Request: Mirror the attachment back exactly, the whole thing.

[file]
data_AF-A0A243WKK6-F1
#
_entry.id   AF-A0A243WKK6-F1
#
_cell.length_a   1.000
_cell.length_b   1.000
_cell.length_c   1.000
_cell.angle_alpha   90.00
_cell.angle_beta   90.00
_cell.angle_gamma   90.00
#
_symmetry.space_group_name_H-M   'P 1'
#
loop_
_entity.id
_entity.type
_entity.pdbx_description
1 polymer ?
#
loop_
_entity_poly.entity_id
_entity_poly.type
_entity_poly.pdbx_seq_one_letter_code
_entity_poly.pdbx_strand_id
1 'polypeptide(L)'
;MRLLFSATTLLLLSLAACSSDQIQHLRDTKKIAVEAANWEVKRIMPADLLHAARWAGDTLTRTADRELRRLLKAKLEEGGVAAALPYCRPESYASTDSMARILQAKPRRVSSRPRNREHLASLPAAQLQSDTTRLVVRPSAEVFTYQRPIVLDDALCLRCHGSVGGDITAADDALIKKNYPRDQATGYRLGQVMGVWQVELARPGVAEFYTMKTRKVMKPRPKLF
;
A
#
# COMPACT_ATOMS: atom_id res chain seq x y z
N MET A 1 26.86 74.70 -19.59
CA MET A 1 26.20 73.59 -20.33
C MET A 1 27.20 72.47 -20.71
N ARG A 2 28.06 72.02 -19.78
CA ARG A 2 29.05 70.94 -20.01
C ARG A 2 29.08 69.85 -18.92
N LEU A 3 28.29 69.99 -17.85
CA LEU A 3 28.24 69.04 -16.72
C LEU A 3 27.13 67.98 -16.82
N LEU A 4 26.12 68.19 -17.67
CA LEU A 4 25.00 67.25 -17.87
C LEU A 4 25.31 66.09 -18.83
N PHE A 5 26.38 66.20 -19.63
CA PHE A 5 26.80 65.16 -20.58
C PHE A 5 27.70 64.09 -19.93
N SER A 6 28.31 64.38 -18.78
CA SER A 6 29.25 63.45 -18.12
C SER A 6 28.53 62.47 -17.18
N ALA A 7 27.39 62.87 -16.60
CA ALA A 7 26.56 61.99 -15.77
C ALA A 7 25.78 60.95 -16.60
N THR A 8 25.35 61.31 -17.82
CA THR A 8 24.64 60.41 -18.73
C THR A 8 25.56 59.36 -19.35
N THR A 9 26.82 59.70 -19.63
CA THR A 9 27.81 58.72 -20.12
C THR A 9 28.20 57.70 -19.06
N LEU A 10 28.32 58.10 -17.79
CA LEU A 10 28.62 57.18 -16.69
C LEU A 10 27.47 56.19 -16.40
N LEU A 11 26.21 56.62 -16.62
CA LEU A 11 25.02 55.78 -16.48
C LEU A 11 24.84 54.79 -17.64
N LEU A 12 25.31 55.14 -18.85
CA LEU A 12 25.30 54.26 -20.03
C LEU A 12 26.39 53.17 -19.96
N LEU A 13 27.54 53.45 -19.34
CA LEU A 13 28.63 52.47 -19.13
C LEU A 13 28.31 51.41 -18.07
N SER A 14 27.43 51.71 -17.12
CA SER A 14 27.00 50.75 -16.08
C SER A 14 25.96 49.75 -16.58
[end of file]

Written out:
data_AF-A0A243WKK6-F1
#
_entry.id   AF-A0A243WKK6-F1
#
_cell.length_a   1.000
_cell.length_b   1.000
_cell.length_c   1.000
_cell.angle_alpha   90.00
_cell.angle_beta   90.00
_cell.angle_gamma   90.00
#
_symmetry.space_group_name_H-M   'P 1'
#
loop_
_entity.id
_entity.type
_entity.pdbx_description
1 polymer ?
#
loop_
_entity_poly.entity_id
_entity_poly.type
_entity_poly.pdbx_seq_one_letter_code
_entity_poly.pdbx_strand_id
1 'polypeptide(L)'
;MRLLFSATTLLLLSLAACSSDQIQHLRDTKKIAVEAANWEVKRIMPADLLHAARWAGDTLTRTADRELRRLLKAKLEEGGVAAALPYCRPESYASTDSMARILQAKPRRVSSRPRNREHLASLPAAQLQSDTTRLVVRPSAEVFTYQRPIVLDDALCLRCHGSVGGDITAADDALIKKNYPRDQATGYRLGQVMGVWQVELARPGVAEFYTMKTRKVMKPRPKLF
;
A
#
# COMPACT_ATOMS: atom_id res chain seq x y z
N MET A 1 26.86 74.70 -19.59
CA MET A 1 26.20 73.59 -20.33
C MET A 1 27.20 72.47 -20.71
N ARG A 2 28.06 72.02 -19.78
CA ARG A 2 29.05 70.94 -20.01
C ARG A 2 29.08 69.85 -18.92
N LEU A 3 28.29 69.99 -17.85
CA LEU A 3 28.24 69.04 -16.72
C LEU A 3 27.13 67.98 -16.82
N LEU A 4 26.12 68.19 -17.67
CA LEU A 4 25.00 67.25 -17.87
C LEU A 4 25.31 66.09 -18.83
N PHE A 5 26.38 66.20 -19.63
CA PHE A 5 26.80 65.16 -20.58
C PHE A 5 27.70 64.09 -19.93
N SER A 6 28.31 64.38 -18.78
CA SER A 6 29.25 63.45 -18.12
C SER A 6 28.53 62.47 -17.18
N ALA A 7 27.39 62.87 -16.60
CA ALA A 7 26.56 61.99 -15.77
C ALA A 7 25.78 60.95 -16.60
N THR A 8 25.35 61.31 -17.82
CA THR A 8 24.64 60.41 -18.73
C THR A 8 25.56 59.36 -19.35
N THR A 9 26.82 59.70 -19.63
CA THR A 9 27.81 58.72 -20.12
C THR A 9 28.20 57.70 -19.06
N LEU A 10 28.32 58.10 -17.79
CA LEU A 10 28.62 57.18 -16.69
C LEU A 10 27.47 56.19 -16.40
N LEU A 11 26.21 56.62 -16.62
CA LEU A 11 25.02 55.78 -16.48
C LEU A 11 24.84 54.79 -17.64
N LEU A 12 25.31 55.14 -18.85
CA LEU A 12 25.30 54.26 -20.03
C LEU A 12 26.39 53.17 -19.96
N LEU A 13 27.54 53.45 -19.34
CA LEU A 13 28.63 52.47 -19.13
C LEU A 13 28.31 51.41 -18.07
N SER A 14 27.43 51.71 -17.12
CA SER A 14 27.00 50.75 -16.08
C SER A 14 25.96 49.75 -16.58